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3D Printing is Transforming the Construction Industry

Philip Lund-Nielsen
By Philip Lund-Nielsen Co-Founder & Head of Americas, COBOD International

The construction industry is changing, due to 3D printing making it cheaper and faster to construct buildings and other structures by automating building processes using robotic solutions extruding concrete. In the past five years, 3D construction printing (3DCP) has started to catch up with the proliferation of AM applications and improvements seen in other industries such as healthcare and industrial, fundamentally changing one of the world’s largest industries.

Specially designed nozzles are optimized to extrude concrete or mortar rapidly, using preprogrammed instructions to build structures. (All images provided by COBOD International)

Understanding the 3D Construction Printing Industry

3D printers used for construction generally fall into two categories: gantry-style setups and robotic arms, with the first being the dominating solution for on-site printing of entire building structures. In addition, players in the 3D construction printing industry are categorized by being either solely technology providers (such as COBOD International); end-to-end turnkey building providers that also act as contractors, using their own proprietary materials; or even as General Contractors that manage the entire construction of new buildings from start to finish.

The use of 3D construction printing has been growing rapidly in the last five years, not only in terms of buildings made, but also with respect to the type of building or structures being made. To name a few 3DCP applications and examples, COBOD’s machines alone have been used by our partners to print one-, two-, and three-story buildings up to 4,100 ft2 (e.g. PERI Group.) They’ve built schools (Holcim/14 Trees), wind turbine tower bases at 30 ft (GE Renewable Energy), and many other structures on six continents.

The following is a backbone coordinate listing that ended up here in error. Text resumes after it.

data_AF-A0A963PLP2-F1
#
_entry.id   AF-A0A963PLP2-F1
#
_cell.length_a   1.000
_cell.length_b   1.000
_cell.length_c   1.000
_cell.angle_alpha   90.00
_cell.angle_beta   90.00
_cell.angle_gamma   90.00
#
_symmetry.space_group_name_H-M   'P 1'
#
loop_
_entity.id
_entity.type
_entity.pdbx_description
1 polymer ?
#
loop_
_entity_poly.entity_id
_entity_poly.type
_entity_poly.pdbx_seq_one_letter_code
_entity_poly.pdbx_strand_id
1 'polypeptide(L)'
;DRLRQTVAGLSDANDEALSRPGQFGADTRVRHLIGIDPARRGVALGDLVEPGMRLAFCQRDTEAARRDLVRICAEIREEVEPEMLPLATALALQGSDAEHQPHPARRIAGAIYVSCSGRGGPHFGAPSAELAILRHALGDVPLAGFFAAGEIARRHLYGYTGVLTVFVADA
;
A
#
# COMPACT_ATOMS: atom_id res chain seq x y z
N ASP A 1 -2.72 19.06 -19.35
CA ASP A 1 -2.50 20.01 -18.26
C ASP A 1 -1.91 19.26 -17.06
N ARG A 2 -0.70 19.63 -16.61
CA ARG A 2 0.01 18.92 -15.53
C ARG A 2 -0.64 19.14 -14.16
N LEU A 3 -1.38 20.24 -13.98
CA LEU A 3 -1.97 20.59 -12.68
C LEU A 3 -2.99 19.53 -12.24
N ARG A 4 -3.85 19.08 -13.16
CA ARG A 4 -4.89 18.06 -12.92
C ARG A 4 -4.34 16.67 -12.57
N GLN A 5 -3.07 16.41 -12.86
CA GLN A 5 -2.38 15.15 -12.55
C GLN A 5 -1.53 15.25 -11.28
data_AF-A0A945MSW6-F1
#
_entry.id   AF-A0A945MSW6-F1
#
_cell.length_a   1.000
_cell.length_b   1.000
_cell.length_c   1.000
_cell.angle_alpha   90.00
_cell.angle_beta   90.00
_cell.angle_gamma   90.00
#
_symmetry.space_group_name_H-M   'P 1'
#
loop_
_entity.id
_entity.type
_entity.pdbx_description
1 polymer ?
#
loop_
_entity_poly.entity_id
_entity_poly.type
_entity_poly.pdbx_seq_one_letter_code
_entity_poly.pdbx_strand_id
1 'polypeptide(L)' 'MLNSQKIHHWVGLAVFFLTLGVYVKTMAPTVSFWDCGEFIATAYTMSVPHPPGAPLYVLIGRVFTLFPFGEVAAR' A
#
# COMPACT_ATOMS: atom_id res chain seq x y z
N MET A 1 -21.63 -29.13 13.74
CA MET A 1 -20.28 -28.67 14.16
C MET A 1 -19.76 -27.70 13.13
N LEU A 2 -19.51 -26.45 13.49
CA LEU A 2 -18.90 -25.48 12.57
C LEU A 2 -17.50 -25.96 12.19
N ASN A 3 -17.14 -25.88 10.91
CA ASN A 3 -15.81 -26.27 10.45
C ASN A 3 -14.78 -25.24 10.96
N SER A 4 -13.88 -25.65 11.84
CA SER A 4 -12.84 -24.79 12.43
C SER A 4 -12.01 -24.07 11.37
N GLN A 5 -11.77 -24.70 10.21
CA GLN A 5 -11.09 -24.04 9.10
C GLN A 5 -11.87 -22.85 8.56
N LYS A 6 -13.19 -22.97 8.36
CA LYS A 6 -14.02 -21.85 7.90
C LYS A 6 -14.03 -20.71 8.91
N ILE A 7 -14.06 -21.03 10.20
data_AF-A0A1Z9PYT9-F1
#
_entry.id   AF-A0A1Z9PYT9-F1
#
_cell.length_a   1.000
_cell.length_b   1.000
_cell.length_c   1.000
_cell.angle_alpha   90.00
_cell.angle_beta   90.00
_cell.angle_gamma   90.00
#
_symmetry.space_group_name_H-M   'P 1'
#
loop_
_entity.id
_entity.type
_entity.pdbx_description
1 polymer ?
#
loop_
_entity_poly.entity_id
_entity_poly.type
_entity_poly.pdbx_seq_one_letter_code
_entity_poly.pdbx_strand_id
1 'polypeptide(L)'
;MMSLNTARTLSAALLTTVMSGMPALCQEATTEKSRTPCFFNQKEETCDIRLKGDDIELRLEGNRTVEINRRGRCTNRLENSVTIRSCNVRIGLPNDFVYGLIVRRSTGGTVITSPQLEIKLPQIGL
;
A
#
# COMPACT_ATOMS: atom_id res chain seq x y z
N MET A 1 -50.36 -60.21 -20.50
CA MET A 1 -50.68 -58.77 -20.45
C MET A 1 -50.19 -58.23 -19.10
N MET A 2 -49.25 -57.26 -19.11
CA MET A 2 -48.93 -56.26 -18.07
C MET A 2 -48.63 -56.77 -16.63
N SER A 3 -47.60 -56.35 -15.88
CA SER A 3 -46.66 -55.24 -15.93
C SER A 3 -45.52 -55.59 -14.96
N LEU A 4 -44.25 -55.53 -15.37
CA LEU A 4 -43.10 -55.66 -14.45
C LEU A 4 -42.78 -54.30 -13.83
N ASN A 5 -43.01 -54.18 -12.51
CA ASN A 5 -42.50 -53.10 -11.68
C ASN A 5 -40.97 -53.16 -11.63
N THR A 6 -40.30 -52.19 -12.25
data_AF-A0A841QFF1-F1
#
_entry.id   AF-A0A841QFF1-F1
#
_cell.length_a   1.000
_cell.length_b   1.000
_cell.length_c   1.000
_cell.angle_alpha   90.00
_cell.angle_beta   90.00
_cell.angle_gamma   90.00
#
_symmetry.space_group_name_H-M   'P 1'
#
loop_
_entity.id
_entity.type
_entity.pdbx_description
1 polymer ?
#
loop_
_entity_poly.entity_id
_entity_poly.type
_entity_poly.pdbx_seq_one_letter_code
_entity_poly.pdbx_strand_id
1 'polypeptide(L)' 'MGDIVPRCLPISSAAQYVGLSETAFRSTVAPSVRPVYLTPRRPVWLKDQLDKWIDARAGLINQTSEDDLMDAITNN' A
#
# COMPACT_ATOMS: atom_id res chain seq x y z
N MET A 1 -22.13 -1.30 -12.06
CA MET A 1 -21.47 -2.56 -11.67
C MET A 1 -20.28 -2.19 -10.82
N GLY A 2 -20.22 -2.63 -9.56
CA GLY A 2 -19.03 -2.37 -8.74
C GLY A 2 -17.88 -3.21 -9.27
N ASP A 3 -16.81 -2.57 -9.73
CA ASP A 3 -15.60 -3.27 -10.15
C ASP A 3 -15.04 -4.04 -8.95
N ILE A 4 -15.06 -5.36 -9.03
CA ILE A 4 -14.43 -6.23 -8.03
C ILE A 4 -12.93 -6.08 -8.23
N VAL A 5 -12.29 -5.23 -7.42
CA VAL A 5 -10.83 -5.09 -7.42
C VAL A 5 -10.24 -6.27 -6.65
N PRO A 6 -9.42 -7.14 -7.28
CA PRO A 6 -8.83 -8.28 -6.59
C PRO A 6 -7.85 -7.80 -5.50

For residential housing, which has been the area of most interest so far, 3DCP addresses up to a maximum of 45 percent of the total cost of constructing the building. This is because some cost types cannot yet be addressed by the printing technology: These include finishing/surfaces, windows, doors, and hidden components such as mechanicals, electrical, or plumbing. For more commercial and industrial applications like the wind turbine towers, the technology addresses a much higher percentage, up to 80 percent of the total cost.

Home interior created with 3DCP construction technology.

With the 3DCP market still in its infancy, market size estimates for the industry are yet too premature to trust. However, due to the size of the construction market, if 3DCP was used on just 0.01 percent of construction sites, the market size would still be massive.

Why is 3D Construction Printing Taking Off?

There are four key benefits of 3DCP: automation, speed, improved sustainability, and added design freedom. Here I will only touch upon the first two advantages.